HC Deb 29 May 1857 vol 145 cc1002-3

asked the Chancellor of the Exchequer what is the course pursued when candidates for employment in the Civil Service are nominated by Members of Parliament; whether a candidate so nominated is necessarily admitted to examination; whether there is any competition for employment in the Civil Service, and whether, in fact, with the exception of a simple examination as to the ordinary qualifications for office, the old system of patronage and favouritism did not still remain in force? He had been induced to put these questions in order to remove all uncertainty with respect to the subject to which they related. That such uncertainty now existed he was convinced, from the number of letters which had been addressed to him, stating that a general impression prevailed throughout the country that if a Member of Parliament were to recommend a candidate for an appointment he was not subjected to examination, and that, in fact, there was no competition.


said, the impression which his hon. Friend had described as prevailing out of doors was entirely erroneous, as Members of Parliament possessed no right to nominate candidates for public situations which was not enjoyed in an equal degree by every other member of the community. All the regulations which existed upon the subject were embodied in an Order in Council of May, 1855, and if his hon. Friend would refer to that Order, he would find that it contained everything which it was material that he should know. He might add, that there were also two Reports upon the subject which had emanated from the Civil Service Examination Commissioners, and from which his hon. Friend would be enabled to ascertain the manner in which the Order in Council had been carried into effect. He would learn from that Report that in addition to the ordinary examinations, in which no competition took place, there were several instances in which the heads of the public departments had selected candidates, in whose case there had been competition. That was a matter in which the heads of departments exercised their own discretion, and he might add that the competition was not unlimited, but existed between a certain limited number of persons.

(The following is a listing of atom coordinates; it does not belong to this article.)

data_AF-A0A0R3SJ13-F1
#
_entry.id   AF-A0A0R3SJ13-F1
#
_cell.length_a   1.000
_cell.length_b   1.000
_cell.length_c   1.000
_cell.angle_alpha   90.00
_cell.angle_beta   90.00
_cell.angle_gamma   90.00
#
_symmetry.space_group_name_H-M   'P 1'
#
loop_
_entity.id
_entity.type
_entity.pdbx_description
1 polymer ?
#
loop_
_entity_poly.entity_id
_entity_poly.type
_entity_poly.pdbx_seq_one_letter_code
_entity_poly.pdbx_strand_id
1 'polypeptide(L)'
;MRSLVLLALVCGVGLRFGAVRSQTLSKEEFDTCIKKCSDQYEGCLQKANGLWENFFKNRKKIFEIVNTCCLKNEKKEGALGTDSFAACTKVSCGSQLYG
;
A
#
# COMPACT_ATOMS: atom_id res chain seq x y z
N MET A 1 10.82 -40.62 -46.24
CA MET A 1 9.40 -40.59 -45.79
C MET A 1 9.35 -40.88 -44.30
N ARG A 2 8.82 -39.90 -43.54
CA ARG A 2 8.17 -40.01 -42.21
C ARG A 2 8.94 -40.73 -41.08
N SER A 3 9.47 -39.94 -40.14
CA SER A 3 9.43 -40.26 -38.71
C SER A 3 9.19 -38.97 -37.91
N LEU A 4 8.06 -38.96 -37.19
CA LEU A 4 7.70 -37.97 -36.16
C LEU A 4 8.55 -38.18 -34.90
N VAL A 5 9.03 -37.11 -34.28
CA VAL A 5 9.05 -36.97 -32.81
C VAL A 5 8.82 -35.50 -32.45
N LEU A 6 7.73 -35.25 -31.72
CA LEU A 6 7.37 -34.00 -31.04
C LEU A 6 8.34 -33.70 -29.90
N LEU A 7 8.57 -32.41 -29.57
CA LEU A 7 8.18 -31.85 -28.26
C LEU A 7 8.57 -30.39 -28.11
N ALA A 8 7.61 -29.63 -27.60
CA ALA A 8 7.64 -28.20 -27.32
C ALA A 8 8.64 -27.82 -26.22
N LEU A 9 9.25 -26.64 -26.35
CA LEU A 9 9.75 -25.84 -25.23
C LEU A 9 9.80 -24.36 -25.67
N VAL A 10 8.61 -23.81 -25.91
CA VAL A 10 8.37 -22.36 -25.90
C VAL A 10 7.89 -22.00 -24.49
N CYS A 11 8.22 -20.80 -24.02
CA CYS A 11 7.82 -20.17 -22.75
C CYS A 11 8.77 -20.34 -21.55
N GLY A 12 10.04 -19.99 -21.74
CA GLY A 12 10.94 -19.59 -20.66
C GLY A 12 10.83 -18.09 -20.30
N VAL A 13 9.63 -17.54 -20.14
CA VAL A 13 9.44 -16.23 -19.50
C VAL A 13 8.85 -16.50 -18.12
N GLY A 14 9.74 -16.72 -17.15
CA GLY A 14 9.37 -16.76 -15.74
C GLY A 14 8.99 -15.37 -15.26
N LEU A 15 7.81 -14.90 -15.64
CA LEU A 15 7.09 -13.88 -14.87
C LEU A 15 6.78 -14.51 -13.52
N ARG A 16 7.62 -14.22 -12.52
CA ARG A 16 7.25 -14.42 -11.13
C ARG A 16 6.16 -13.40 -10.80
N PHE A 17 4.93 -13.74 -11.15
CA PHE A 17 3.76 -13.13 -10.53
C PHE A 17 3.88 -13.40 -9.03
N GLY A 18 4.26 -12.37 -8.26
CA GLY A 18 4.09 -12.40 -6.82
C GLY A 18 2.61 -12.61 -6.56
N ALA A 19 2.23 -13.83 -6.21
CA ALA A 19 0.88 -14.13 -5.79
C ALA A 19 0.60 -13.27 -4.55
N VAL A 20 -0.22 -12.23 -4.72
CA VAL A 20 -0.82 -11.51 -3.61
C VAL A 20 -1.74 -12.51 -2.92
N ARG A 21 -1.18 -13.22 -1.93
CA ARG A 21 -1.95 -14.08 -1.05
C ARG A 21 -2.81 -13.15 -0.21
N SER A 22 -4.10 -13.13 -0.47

said, he would take that opportunity of giving notice that upon the Motion for going into Committee upon the Civil Service Estimates he should bring the subject to which his hon. Friend (Mr. Bass) had called their attention under the consideration of the House.